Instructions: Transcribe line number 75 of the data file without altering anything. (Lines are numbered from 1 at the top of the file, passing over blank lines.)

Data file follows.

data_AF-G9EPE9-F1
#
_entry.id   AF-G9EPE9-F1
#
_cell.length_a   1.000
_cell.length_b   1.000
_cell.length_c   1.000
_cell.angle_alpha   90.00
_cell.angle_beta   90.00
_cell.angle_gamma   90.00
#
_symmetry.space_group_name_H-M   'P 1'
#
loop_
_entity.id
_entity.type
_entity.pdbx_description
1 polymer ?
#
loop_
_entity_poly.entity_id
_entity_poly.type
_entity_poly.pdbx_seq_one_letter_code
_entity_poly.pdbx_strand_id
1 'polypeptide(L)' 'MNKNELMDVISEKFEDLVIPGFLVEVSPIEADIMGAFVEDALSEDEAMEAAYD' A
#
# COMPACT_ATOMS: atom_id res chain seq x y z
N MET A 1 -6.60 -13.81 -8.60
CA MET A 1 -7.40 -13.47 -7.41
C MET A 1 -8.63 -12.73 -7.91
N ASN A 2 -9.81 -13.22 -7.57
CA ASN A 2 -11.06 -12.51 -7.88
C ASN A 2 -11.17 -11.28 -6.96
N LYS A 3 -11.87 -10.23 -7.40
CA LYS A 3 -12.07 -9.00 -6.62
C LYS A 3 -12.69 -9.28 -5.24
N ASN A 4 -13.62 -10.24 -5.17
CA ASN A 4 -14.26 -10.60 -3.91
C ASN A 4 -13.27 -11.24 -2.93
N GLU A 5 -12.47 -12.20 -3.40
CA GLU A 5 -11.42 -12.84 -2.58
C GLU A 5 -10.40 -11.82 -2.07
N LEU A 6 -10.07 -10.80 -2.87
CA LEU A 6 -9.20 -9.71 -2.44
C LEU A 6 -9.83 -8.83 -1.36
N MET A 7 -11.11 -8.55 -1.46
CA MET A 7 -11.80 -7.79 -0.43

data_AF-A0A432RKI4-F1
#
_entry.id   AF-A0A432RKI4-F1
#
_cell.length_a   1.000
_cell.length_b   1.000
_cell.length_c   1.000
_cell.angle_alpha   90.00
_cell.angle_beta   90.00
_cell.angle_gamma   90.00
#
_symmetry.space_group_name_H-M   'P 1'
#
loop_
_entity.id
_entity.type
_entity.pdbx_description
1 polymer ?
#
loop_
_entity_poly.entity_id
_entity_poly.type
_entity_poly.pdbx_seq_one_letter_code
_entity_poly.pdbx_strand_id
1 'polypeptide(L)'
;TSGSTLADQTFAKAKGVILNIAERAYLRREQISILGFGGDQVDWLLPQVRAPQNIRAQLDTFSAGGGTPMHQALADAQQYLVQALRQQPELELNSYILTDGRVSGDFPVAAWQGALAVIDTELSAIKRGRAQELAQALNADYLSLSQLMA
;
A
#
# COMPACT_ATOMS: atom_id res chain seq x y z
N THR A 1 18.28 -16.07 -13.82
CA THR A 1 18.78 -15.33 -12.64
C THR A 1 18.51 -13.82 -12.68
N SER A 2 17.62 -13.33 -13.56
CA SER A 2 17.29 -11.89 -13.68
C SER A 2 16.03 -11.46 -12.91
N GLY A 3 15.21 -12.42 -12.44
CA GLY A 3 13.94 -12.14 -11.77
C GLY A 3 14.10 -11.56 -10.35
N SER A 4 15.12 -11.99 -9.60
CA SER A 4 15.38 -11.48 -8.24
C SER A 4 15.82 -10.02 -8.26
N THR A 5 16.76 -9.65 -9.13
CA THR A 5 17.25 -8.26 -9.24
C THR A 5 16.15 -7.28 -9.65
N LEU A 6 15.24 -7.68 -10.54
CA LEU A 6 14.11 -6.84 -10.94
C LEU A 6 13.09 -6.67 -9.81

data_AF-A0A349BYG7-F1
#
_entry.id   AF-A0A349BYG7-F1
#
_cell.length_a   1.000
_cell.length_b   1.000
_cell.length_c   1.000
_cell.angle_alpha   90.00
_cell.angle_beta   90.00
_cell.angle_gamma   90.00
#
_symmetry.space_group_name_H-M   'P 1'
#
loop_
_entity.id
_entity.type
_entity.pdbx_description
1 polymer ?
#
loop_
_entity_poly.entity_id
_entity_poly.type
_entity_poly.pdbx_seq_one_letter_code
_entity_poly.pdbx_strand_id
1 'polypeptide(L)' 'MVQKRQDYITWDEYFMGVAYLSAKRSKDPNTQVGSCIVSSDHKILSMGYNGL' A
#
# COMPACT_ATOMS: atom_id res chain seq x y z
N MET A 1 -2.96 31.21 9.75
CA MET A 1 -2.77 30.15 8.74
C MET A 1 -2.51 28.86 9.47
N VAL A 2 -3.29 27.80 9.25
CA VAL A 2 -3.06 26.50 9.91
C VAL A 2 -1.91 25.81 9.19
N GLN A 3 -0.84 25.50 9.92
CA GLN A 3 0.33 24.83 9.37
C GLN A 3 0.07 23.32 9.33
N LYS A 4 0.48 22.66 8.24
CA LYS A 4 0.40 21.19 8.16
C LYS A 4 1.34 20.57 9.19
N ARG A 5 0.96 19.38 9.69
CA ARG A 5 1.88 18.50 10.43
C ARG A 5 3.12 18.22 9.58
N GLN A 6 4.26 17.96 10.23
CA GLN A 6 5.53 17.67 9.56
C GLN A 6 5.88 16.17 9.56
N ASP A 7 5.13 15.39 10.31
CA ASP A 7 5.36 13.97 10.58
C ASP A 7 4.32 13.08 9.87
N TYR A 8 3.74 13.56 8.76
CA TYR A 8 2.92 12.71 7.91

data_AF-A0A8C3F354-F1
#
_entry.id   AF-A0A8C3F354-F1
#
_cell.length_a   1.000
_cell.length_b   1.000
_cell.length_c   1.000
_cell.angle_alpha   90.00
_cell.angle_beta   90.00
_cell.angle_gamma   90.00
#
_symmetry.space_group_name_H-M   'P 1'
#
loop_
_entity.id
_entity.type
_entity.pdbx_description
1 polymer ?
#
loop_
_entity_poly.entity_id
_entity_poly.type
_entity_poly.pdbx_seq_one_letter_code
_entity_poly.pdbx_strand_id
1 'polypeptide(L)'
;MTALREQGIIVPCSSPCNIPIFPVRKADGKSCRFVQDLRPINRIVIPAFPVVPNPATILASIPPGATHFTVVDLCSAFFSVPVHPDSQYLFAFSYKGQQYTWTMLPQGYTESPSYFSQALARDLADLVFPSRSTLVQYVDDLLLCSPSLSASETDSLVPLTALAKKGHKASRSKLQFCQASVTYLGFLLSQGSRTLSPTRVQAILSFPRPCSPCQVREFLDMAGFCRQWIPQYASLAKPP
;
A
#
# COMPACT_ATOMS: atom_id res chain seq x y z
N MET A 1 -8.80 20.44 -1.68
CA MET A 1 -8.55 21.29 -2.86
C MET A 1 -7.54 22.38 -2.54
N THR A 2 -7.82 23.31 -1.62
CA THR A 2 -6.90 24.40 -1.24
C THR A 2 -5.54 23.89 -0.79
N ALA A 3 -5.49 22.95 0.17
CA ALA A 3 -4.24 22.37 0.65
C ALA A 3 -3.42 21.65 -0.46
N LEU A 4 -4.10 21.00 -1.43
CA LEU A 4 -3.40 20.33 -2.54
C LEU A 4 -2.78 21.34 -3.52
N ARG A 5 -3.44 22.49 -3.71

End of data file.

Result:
A